Dean Mitchell takes the reigns from Jim Ireland
“In January, we really started hashing things out and seeing if it would work and we both came to the conclusion that, yes, it was good for both of us,” says Dean Mitchell, who has worked with Ireland over the years on several projects including the 1993 redesign of Marketing Magazine.
In addition to Marketing and TV Guide, Mitchell has art directed and redesigned other top publications such as Flare, Maclean’s, Canadian Family and Canadian Business. He has worked in editorial design for more than 23 years.
The Mitchells now run the Adelaide Street East studio under their own agency name, Fresh Art & Design, which they launched in 1991. They’ve amalgamated staff, which now totals six, and clients, including Opera Canada, Imperial Oil Review and several University of Toronto publications (Ireland’s) and Canadian Actors Equity Association and Gilda’s Club Greater Toronto (Mitchell’s).
Ireland, whose work for such titles as Report on Business, Toronto Life, Canadian Business, Maclean’s, Canadian Art and Chatelaine has earned him several design awards, continues to work at the studio part time.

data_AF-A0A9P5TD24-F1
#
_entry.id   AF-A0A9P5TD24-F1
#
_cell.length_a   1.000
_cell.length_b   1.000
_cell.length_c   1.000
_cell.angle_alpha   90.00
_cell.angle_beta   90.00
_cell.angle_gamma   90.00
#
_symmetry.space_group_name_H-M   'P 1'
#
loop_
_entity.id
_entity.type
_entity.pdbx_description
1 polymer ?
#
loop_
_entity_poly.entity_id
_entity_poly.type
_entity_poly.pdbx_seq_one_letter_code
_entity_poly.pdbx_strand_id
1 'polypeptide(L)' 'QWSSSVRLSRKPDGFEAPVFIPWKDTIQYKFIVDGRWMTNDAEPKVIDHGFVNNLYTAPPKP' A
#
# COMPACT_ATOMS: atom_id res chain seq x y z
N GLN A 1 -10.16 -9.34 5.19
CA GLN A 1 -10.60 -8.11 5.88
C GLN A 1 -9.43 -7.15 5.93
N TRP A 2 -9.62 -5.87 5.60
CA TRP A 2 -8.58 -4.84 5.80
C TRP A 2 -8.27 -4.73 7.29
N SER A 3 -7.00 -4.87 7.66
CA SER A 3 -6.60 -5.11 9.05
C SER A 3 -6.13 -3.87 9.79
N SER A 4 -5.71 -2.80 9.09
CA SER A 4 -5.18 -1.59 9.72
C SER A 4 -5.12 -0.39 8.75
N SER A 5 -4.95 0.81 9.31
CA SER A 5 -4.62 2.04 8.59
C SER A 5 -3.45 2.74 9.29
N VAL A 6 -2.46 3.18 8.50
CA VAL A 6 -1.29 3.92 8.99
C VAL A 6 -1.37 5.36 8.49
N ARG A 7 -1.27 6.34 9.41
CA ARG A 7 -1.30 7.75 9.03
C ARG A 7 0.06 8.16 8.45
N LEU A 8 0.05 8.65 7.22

“I just consult and they slip me a few dollars and I’m very happy,” says Ireland. “I would have retired but I’m just not taking all the hard work and responsibility…[and] I paint every minute I’ve got.” Contact: www.freshartdesign.com
August 2, 2007
Cover “prices” react to exchange rate changes
TORONTO—Some U.S. magazine publishers are making small but telling changes to their cover price presentation in an era when the Canadian dollar is almost at par with the U.S. dollar.
Readers have voiced complaints that magazine and book prices do not reflect the dramatic rise in the value of the Canadian dollar (or the dramatic decrease in the value of the U.S. dollar, depending on your view). “Book, magazine prices slow to reflect strong loonie,” went one headline in the Ottawa Citizen recently.
“As the Canadian dollar rises in value against its American counterpart, we might expect the prices of American books and magazines to fall, but somehow they seem not to do so,” wrote Citizen reporter Charles Enman in the June 23 piece.
No surprise there. In a tough newsstand environment, publishers, distributors, wholesalers and retailers are generally loath to reduce cover prices because of exchange rate changes. “My view is that to keep dollar sales buoyant in Canada, for the most part, the last thing in the world most retailers and wholesalers wanted to see was a massive roll-back in cover prices,” says Glenn Morgan, CEO of national distributor Coast to Coast Newsstand Services. “They are already concerned about low-priced magazines.”